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SSouth Africa’s sun-soaked coast lies ready, all-year round, to share its secrets, adventures and lazy days with you. With golden beaches and unspoiled nature, it’s more than just the place where the cool Atlantic and warm Indian Oceans meet. It’s 2500km of pure wanderlust.
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The Two Oceans Aquarium in Cape Town houses vivid and educational displays of marvellous life from beneath the waters of the Indian and the Atlantic oceans, both of which wash Western Cape shores.
The elegance of the Cape Winelands, the grandeur of the mountains, scenic views on lonely beaches, or surrounded by bushveld wildlife – plan a wedding in South Africa, and you’re spoilt for choice.
Western Cape is South Africa’s premier province for fun in the sun: Cape Town is surrounded by world-class wine routes, stunning scenery and unique West Coast and Garden Route flora and fauna.
Witsand Beach in Western Cape province offers pristine white Blue Flag beaches, superb land-based whale watching, a wide variety of water sports and magnificent plants, birds and animals to view.
Arniston, Western Cape, originally called Waenhuiskrans, received an informal name change after a tragic shipwreck in 1815 – under either name, it’s an idyllic resort village on the Agulhas coast.
Here’s our top 5 places where students can find inspiration and the confidence to post image-worthy pictures on their social platforms.
Whether you’re studying archaeology, marine biology, zoology or even an unrelated field, you’re bound to find inspiration at our top 10 pick of educational spots around South Africa.
It’s hard to keep up with Cape Town’s energetic culinary scene. From its restaurant-lined streets to glorious lunches in the winelands a mere 20-minute drive from the city, there’s a reason some refer to the Mother City as SA’s foodie capital.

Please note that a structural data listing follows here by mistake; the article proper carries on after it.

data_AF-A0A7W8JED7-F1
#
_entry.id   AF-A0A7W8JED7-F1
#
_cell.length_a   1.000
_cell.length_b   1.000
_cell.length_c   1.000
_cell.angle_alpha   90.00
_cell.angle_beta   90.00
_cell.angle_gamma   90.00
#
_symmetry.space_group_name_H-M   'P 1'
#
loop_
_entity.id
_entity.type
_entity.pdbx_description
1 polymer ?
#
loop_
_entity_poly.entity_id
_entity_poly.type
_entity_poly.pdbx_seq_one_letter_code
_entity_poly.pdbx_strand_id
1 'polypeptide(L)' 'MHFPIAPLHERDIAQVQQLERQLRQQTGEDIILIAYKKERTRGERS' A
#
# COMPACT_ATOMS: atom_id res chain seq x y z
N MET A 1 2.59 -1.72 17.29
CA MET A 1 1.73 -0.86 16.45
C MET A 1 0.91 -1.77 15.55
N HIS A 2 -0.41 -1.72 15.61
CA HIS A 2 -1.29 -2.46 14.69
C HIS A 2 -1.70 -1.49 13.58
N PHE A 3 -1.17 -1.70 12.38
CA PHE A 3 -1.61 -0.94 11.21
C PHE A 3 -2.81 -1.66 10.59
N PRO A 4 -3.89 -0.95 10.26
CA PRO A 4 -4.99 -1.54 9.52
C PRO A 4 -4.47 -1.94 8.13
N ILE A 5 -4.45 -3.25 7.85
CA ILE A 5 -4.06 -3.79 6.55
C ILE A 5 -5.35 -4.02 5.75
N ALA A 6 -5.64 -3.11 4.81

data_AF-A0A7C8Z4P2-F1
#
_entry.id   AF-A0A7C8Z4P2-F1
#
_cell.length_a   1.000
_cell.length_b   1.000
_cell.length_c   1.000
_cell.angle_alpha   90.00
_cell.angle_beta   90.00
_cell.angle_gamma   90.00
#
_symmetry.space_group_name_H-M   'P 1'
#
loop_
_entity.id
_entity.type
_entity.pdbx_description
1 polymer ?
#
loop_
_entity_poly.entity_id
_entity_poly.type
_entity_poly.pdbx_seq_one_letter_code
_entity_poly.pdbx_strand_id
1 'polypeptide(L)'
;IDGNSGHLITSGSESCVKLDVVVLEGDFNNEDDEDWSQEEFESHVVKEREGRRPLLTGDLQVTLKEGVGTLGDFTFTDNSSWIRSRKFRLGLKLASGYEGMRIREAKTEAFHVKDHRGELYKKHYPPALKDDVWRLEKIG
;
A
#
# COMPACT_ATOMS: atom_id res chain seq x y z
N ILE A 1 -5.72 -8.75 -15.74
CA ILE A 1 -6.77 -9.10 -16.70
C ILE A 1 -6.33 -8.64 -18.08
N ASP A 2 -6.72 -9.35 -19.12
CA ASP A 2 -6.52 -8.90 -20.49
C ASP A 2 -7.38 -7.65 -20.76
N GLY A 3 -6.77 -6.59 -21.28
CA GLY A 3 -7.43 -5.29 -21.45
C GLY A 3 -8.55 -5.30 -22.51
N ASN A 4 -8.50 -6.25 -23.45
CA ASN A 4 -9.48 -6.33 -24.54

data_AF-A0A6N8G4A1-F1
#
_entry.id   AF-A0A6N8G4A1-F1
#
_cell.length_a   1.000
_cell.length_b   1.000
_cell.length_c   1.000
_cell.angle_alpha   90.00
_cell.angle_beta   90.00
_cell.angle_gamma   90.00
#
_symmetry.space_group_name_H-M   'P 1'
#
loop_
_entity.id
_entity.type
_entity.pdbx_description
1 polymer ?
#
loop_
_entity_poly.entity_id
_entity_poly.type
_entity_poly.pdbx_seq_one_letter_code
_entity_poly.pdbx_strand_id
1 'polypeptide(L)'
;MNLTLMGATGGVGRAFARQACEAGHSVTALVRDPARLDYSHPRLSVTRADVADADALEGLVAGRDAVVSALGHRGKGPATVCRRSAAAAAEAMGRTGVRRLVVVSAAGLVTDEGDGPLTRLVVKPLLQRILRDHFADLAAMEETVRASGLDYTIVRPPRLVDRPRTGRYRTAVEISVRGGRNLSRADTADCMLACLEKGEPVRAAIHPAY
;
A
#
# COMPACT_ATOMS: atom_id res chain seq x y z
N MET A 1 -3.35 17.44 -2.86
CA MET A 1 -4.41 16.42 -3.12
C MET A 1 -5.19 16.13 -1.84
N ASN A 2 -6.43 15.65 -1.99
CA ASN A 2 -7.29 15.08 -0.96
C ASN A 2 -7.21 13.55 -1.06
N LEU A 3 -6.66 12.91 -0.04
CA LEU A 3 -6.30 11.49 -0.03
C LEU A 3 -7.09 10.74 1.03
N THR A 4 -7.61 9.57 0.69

National Geographic Through the Lens with Thomas Peschak
Thomas Peschak is an assignment photographer for National Geographic and the Director of Conservation for the Save our Seas Foundation (SOSF). He is a senior fellow of the International League of Conservation Photographers and has been named as one of the 40 most influential nature photographers in the world.
Originally trained as a marine biologist, he retired from science fieldwork in 2004. He became an environmental photojournalist after realizing that he could have a greater conservation impact with photographs than statistics. Yet he remains rooted in marine science through his roles as Director of Conservation for SOSF and Founding/Associate Director of the Manta Trust. He strives to merge photojournalism and cutting edge science to create powerful media projects that tackle some of the most critical marine conservation issues of our time.
Thomas has written and photographed five books and he is a multiple winner in the BBC Wildlife Photographer of the Year Awards. In 2011 and 2013 he received World Press Photo Awards for his work.